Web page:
Alexandr Dolgopolov shrugged off the gambling controversy hanging over him to reach the fourth round of the US Open on Saturday, matching his best New York showing in the process.
The 64th-ranked Ukrainian needed only 82 minutes to dispatch 52nd-ranked Serbian Viktor Troicki 6-1, 6-0, 6-4, and reach his first Grand Slam last 16 since the 2011 US Open.
But his achievements have been overshadowed by concerns over suspicious gambling patterns around his 6-3, 6-3 loss last week to 114th-ranked Thiago Monteiro in the first round at Winston-Salem Open.
It was the Brazilian’s first ATP hardcourt triumph and came without Dolgolpolov managing a break-point chance, a poor showing he blamed on heavy training for the US Open that left him drained and tired.
Dolgopolov denied involved in any match-fix plot and said upon arriving in New York he went to the Tennis Integrity Unit, which investigates match-fix and betting issues.
“That’s why we have the TIU. If there’s some strange matches, they investigate it,” Dolgopolov said.
“I wasn’t happy with what’s going on in the press, so I was the first one to come there and try to give them all the information so they can investigate it faster.
“They asked me about some information. They interviewed me. That’s it. That’s all I can do.”
Asked about the probe’s impact on him, Dolgopolov said, “Not much. I’m doing well. Obviously it’s disappointing, but not more. If people want to write something, they write something. You can’t stop them from doing it. It’s just not under my control.”
— Ben Rothenberg (@BenRothenberg) September 2, 2017
The New York Times reported analysts tracking betting patterns found an unusually high amount of money being wagered against Dolgopolov on Monteiro, who went from underdog to favorite when the match began as a result, the quick shift prompting bookmakers to suspend bets on the match.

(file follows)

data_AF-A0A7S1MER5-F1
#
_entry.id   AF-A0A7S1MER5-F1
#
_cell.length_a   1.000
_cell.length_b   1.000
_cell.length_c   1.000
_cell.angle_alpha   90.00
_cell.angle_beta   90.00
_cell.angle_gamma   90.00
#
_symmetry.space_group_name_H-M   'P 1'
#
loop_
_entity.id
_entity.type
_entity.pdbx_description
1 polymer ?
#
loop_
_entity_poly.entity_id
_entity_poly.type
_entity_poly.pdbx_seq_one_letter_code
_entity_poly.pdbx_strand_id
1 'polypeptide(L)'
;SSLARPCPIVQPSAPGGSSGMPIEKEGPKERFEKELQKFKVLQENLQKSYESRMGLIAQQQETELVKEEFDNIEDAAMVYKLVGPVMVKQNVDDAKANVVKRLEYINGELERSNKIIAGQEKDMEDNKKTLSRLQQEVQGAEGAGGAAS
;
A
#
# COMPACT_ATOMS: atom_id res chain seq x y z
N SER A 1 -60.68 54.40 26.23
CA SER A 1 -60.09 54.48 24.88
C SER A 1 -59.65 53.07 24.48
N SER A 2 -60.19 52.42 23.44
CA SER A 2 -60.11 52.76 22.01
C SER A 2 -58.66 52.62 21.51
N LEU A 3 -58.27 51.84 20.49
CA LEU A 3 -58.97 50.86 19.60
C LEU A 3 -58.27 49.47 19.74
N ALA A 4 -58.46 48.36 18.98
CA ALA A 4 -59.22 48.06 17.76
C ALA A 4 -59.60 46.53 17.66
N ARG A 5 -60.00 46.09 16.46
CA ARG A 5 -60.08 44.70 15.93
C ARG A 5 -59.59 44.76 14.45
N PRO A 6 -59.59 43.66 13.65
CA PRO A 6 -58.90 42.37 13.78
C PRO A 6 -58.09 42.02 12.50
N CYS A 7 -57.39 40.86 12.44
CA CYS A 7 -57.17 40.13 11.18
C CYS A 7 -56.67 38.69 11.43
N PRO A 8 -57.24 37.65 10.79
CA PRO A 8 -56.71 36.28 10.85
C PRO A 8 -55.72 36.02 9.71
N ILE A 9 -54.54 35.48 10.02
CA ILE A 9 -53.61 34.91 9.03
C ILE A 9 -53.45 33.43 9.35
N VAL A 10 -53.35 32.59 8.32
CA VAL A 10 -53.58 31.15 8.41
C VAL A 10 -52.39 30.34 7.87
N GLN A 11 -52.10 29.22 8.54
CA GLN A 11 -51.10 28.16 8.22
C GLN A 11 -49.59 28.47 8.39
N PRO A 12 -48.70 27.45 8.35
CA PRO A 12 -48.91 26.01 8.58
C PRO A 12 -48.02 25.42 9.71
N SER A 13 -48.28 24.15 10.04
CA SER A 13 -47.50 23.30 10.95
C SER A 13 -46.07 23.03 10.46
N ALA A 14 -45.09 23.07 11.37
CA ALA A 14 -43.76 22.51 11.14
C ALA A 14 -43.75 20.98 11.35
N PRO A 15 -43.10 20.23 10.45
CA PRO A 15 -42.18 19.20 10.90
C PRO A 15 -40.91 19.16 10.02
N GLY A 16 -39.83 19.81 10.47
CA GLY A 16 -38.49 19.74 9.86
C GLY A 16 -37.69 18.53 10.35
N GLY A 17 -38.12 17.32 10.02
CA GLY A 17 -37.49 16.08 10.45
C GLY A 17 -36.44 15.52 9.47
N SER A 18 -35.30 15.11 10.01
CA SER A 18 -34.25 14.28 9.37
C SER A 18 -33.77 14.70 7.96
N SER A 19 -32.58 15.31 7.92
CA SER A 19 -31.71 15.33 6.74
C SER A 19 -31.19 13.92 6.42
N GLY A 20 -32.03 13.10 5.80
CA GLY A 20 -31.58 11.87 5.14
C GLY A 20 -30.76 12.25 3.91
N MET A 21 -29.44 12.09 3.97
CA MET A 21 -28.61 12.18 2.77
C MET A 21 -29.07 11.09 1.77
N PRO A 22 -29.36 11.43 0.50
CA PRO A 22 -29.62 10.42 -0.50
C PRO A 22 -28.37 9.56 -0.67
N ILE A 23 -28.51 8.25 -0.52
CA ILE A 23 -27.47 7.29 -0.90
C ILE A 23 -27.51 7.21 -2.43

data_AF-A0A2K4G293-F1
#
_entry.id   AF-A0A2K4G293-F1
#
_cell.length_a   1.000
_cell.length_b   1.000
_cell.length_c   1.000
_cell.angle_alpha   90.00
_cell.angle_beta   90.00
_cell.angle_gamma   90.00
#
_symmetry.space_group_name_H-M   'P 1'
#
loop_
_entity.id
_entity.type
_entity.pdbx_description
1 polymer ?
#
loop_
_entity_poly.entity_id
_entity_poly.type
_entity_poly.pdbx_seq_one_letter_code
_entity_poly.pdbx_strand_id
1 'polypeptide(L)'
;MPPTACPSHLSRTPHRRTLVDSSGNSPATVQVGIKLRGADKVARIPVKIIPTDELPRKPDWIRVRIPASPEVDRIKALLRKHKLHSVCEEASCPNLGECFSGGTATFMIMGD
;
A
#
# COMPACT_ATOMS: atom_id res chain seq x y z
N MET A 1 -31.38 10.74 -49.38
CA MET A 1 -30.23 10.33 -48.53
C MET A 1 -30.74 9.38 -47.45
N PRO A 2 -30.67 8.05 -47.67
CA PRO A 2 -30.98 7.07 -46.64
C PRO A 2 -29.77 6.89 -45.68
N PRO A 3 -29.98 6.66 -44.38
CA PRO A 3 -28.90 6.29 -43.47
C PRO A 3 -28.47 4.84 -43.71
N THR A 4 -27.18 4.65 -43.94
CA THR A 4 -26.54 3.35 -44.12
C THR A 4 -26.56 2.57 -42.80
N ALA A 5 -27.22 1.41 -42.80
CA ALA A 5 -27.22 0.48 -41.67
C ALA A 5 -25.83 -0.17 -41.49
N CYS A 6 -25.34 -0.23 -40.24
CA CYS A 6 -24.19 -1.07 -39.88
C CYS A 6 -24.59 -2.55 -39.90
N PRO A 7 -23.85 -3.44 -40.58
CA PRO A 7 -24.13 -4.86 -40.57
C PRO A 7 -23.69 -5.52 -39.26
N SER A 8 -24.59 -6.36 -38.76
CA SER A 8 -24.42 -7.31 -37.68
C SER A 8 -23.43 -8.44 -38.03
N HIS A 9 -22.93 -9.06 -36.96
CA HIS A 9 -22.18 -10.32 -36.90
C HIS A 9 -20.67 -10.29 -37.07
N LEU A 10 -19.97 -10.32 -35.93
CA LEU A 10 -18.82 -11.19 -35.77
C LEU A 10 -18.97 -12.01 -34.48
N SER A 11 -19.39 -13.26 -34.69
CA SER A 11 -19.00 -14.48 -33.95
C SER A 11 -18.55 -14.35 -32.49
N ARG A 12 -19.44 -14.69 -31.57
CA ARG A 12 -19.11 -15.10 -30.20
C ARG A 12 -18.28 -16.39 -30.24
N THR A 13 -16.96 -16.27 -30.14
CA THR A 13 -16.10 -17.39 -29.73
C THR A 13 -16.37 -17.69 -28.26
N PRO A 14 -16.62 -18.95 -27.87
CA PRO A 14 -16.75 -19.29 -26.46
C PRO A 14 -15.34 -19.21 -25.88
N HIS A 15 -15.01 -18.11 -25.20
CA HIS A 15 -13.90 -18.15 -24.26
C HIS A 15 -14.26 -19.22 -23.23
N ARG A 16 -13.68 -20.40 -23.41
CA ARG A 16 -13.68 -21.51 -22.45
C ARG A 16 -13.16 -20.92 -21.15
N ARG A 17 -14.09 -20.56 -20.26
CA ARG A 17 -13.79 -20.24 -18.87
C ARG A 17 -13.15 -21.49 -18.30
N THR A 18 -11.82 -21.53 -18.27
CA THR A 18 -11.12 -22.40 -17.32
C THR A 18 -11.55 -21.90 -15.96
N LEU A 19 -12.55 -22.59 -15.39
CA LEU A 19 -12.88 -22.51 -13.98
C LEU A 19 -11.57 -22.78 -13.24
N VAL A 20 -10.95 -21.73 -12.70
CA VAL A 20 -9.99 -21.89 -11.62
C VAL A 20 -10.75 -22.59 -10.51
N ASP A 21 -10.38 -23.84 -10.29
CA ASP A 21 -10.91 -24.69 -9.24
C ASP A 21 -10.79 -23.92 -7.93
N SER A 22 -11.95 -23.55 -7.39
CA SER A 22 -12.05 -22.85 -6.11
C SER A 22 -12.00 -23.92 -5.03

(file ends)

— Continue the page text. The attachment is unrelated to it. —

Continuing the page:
They also found dubious betting patterns the same day in a WTA New Haven qualifying loss by Ukraine’s Kateryna Bondarenko, according to the report.
“You cannot be perfect every week. So, for sure, you can see bad matches, players playing bad. But if there is gambling involved, it’s not for me to say. I don’t think about that,” said Dolgopolov.
The report said Dolgopolov denied being approached to fix a match, saying, “No, not really. I don’t have a lot of friends on social networks.”
Dolgopolov, who could face top-ranked Rafael Nadal next, captured his third career ATP title and first since 2012 in February at Buenos Aires but has been nagged by injuries in 2017.
He retired from five matches due to hip, right leg and right ankle issues, withdrawing from three tournaments and playing only three pre-Open hard court tune-up matches.
Asked for a second day if gamblers ever asked him to throw a match, Dolgopolov grew irate.
“You’re going all over it again. You’re giving me the same questions. I’m here not to talk about betting. I already said everything that could be said, and you guys want to give me again the same questions,” Dolgopolov said.
“Read about what I said in the first day. I arrived here to talk about tennis, not gambling… I’m not commenting on gambling anymore.”
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